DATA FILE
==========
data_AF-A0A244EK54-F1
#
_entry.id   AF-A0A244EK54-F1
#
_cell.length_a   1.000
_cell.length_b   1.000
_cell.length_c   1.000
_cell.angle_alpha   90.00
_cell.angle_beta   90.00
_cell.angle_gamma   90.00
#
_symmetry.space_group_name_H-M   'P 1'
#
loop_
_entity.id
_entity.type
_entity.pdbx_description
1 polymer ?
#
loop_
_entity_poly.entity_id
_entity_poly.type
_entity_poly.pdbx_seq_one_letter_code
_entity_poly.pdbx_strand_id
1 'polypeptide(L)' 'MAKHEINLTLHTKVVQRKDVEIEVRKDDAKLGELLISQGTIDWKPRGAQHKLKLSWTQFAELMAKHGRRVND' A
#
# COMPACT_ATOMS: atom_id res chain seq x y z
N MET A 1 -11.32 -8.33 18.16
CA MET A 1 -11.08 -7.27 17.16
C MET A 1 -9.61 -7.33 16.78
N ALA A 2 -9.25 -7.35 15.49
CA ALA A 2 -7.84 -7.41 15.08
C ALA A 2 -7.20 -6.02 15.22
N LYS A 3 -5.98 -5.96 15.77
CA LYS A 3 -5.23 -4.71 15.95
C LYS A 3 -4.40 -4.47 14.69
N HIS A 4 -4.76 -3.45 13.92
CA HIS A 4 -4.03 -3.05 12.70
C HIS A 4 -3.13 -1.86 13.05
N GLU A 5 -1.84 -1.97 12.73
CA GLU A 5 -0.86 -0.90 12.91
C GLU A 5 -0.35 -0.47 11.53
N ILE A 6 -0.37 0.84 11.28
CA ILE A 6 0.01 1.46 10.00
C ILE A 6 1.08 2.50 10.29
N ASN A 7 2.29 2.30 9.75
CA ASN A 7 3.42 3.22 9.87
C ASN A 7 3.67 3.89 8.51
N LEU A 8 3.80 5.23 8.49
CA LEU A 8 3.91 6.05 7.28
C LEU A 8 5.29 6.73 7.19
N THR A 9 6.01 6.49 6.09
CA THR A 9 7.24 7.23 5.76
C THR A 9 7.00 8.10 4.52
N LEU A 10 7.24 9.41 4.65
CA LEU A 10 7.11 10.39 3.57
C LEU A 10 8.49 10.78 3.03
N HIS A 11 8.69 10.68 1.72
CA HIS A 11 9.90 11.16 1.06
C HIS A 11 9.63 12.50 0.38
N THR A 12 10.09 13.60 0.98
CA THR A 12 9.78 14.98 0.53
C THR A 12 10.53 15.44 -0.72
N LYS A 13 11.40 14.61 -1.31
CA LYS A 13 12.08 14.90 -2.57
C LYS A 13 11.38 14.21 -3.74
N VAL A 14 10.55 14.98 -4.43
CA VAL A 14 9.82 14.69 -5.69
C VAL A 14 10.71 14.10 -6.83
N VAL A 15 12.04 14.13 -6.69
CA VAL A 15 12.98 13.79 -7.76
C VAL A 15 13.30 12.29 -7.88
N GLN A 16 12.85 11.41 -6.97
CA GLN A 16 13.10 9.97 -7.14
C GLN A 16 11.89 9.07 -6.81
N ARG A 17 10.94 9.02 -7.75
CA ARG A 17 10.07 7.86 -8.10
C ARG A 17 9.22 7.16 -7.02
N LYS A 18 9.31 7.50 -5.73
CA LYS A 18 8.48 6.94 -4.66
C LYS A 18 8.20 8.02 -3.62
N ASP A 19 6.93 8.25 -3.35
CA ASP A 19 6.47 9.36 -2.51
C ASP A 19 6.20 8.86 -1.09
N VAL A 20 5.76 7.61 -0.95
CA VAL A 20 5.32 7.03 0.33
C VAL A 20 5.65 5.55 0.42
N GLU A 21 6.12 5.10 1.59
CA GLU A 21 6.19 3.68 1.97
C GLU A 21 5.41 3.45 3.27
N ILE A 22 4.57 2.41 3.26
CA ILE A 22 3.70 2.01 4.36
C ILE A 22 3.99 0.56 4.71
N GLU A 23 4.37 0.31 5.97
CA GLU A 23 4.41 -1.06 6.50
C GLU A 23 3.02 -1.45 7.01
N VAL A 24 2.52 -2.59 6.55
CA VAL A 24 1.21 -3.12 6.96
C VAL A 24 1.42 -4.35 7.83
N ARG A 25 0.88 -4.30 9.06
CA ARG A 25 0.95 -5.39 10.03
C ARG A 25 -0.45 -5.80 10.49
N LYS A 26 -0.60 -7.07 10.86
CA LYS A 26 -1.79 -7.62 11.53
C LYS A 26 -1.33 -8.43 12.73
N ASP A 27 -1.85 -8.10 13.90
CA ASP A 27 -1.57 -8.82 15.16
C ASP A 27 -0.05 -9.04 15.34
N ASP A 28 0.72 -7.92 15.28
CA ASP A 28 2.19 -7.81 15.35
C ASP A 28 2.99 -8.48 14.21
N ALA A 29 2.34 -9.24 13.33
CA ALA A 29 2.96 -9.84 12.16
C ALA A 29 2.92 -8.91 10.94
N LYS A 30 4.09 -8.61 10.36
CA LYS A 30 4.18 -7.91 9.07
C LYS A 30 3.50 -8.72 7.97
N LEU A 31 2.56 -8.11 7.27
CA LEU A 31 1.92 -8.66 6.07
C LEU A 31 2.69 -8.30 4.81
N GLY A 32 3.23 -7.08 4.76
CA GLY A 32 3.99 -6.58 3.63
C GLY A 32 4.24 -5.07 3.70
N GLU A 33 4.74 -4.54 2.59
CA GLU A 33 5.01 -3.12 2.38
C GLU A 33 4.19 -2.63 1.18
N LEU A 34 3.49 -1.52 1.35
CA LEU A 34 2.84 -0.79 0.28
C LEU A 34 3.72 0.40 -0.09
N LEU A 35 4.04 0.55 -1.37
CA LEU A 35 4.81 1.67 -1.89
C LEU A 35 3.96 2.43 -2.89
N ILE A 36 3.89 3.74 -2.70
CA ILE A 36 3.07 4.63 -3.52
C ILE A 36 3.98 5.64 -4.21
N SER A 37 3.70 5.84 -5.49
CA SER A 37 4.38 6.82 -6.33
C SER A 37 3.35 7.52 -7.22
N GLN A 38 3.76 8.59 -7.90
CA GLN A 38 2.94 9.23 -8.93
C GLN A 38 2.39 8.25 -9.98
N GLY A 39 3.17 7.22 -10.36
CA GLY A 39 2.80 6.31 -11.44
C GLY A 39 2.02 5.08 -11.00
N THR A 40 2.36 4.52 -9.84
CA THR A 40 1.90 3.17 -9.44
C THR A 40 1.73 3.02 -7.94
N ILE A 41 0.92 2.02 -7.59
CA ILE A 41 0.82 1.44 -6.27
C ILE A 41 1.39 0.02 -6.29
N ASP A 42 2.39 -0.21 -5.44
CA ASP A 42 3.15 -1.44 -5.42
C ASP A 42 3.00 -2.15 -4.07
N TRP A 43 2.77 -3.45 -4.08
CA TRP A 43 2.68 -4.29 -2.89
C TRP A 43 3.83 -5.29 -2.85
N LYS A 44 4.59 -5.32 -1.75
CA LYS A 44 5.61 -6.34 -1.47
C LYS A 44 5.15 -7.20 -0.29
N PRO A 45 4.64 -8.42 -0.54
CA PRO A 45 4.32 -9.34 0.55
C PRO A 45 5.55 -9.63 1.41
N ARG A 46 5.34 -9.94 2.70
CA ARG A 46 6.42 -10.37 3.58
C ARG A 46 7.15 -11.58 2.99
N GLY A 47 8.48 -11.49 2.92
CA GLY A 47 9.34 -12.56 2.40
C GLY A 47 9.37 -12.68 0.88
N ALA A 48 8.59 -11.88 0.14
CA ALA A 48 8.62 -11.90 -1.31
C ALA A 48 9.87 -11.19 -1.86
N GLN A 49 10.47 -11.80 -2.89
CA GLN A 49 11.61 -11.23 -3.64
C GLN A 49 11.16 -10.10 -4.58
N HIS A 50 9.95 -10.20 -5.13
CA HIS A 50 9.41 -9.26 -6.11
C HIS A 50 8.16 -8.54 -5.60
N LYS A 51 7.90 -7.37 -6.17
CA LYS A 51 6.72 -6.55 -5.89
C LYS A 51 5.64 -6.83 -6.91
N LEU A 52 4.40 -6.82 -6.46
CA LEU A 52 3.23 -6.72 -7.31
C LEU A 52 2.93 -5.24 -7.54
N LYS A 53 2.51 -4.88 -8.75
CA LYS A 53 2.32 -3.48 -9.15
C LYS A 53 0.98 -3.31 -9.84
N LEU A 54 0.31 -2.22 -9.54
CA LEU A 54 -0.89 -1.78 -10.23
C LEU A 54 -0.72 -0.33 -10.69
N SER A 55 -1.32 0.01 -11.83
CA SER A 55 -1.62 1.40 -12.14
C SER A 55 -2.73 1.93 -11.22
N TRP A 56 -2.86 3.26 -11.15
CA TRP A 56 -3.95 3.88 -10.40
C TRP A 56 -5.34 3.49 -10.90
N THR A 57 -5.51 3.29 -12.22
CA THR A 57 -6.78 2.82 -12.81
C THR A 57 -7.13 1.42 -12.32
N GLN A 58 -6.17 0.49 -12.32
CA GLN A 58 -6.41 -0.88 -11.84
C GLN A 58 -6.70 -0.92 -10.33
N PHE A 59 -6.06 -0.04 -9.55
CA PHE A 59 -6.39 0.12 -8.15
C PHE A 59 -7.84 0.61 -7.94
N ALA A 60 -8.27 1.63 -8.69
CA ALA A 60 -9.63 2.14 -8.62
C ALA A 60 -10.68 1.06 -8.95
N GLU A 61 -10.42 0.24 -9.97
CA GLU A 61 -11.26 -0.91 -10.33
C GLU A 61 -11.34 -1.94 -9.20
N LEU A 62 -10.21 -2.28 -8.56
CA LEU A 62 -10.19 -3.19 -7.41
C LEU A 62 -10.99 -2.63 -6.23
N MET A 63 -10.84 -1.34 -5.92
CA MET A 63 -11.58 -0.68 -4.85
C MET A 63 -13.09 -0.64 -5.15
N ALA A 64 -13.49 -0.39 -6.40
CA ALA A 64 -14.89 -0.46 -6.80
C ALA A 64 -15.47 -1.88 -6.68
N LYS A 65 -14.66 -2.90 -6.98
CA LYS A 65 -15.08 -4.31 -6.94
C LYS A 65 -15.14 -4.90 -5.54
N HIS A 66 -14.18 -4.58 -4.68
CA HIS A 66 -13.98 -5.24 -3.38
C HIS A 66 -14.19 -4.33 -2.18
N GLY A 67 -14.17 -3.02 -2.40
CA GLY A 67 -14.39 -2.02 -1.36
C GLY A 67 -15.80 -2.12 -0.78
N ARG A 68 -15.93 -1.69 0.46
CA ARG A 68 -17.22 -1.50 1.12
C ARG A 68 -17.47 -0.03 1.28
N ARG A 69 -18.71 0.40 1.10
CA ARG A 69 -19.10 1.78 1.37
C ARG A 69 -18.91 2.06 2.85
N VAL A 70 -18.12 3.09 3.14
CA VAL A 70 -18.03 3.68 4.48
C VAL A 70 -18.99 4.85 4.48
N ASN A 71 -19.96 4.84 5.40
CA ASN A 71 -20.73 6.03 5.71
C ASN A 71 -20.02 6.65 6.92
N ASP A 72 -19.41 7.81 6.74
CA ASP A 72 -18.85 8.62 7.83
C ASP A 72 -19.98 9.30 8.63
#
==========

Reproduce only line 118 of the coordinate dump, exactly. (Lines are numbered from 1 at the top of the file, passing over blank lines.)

N LEU A 31 2.56 -8.11 7.27